What I love about GTD is I can create an appropriate amount of contexts that make sense for my ability to pivot between AOF perspectives, while working in an oftentimes online world that happens to timeout.
 

Cpu_Modern

Registered
I handle contexts the classic way and, yes, I do have that one long list with all that work to be done at the computer.

Alas, over the years that one computer also changed. It has become multiple computers, some more capable than others…

What works for me is to work the list. Haha, but that's the truth of the matter. If I work in a focused manner over hours, I just get a lot of things done.

By working from the list I also update my brain what else is there on the list. The more I work, the better I become at picking things from the list.

If I catch myself thinking "don't forget X" what I usually do is to add a reasonable remark to my calendar. Something like "have we worked on X yet?" on a thursday morning can do wonders ;-)

What about project Y the most important mission critical that will help us to conquer Albania?

Well, prior to GTD you wouldn't have thought that that project would be adequately organized with one meager todo item?

If I know that I'll want to work on project Y every day for at least two hours or so, in order to make friday's deadline, I will have that appear on the calendar, at least as an all-day reminder or something.

How many of these project Y projects are there anyway?

Shouldn't be too many.
 

Dmitry Kultaev

Registered
Hi there,
I'm using GTD for 2 years in my personal life now, and it works just GREAT. I love it. :)
In my professional life however, I'm facing some issues. Some parts of it work fine (inbox capturing, clarification, next action definition). The issue comes when the structuration asks me to put a context after I agreed "I need to do this, it will take me more than 2 minutes and I need to do.... when I'm on my computer - where I spend 90% of my time - now 100% as homeoffice is back again in my company). I tried to create subcontexts "On computer - requires less than 5 minutes" / "On computer - requires between 5 and 30 minutes", etc., to let me pick in the right category depending the time I have to pick the next one. But this does not work very very well. I could try based on energy required, but I feel it wouldn't work a lot too.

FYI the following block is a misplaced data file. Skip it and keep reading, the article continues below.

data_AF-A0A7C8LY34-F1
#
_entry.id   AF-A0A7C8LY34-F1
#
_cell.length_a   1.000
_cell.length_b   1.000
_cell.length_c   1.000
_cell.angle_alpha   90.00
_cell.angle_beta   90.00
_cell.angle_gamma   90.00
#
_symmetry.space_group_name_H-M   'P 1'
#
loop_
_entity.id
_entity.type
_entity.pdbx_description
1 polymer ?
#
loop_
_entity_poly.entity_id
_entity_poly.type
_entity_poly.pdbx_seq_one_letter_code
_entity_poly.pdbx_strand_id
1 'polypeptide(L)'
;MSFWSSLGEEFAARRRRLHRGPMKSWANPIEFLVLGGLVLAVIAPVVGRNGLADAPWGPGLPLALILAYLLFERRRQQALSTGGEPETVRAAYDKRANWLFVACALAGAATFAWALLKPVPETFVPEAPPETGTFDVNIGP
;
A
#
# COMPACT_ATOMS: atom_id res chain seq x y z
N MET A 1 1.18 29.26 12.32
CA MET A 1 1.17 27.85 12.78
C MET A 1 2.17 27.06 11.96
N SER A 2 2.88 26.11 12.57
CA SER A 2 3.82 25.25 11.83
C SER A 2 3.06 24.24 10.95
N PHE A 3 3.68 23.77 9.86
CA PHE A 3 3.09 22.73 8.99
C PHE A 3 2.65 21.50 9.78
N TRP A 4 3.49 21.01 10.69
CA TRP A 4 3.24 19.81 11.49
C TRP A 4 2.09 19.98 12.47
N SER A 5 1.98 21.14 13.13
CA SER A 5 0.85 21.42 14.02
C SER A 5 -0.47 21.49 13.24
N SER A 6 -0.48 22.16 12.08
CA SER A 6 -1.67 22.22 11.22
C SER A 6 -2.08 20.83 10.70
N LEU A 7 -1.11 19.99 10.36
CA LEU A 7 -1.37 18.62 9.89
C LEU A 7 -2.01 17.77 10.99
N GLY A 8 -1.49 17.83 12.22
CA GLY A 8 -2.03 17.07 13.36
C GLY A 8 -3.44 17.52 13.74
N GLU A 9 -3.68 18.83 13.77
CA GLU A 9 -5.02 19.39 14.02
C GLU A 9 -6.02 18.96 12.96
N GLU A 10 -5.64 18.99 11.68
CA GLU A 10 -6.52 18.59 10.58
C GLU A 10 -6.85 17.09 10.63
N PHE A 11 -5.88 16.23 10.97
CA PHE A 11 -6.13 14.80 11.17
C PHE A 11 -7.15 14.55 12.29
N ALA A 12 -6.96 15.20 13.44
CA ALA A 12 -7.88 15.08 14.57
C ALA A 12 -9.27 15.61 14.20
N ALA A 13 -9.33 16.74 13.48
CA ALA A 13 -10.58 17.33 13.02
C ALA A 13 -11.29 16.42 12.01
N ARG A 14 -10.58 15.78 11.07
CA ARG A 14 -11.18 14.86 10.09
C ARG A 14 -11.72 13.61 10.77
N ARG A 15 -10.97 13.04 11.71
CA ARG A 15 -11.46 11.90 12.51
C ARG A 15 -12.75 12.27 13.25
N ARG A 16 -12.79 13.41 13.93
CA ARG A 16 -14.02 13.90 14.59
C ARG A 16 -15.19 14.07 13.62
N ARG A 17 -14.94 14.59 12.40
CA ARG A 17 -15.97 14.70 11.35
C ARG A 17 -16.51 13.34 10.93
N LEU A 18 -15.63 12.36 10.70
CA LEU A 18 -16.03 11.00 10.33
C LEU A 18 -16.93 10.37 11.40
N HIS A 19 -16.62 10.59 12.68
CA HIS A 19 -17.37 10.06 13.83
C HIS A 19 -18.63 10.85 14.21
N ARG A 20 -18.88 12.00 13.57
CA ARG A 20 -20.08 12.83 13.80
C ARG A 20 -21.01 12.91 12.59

Have you maybe faced a similar issue and would have advices?
Thanks a lot!
Cheers,
Christophe
Hi Christophe,

Same situation here re - all work is in work computer. I splittend my next actions then into clear categories of types of work I do which to me clearly translates to needed energy and time:

Document - create short / long document, how to guide, clarification presentation or word file or some kind of conceptual article.
Coding - i maintain several group sharepoints and continuously adjust them for some efficiency features like notifications on lists changes or some Workflows or restrictions or automations in process flows.
Read / Decide / Review are from GTD Connect suggestions as some session.

Next Action - then anything else like email or some actions in big variety of corporate systems - but usually I do not group them by tool.
 

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schmeggahead

Registered
@Brain-Dead
I have been very resistant to adding a low energy type "context" to my NA.
This will make me laugh every time I see it and make me feel better about the low energy state.

When I was in an environment where I needed to review tons of material from multiple sources, I would separate them into like "reading" categories (e.g. Production Issues, Scheduled Outages, HR notifications, etc.)
I always knew the value I was trying to get from scanning them.
With the insane volume of email, I automated the sorting of these and could see unread counts to prompt review.

This might work for the computer list: sort by type of value. I also separated things to be done that other people were waiting for me to complete, kind of a reverse waiting for list.

Lots of good stuff in this thread.
Clayton.
 

Visual Learner

Registered
I love this topic so much and I feel your pain @christophe.portier. As a fully remote employee, nearly everything I do at work -- and at home for that matter -- requires a computer to get it done. Email, design work, writing courses, online purchases, reading articles or company communications, paying rent, researching a new idea, planning a trip... most technically happen on a computer. So how do you keep your @Computer list from becoming a wooly mammoth? What's been working well for me is changing the way I think about each context and the types of actions that fall under them, rather than changing the contexts themselves. As someone who likes to my system lean and mean, here's what's been working for me: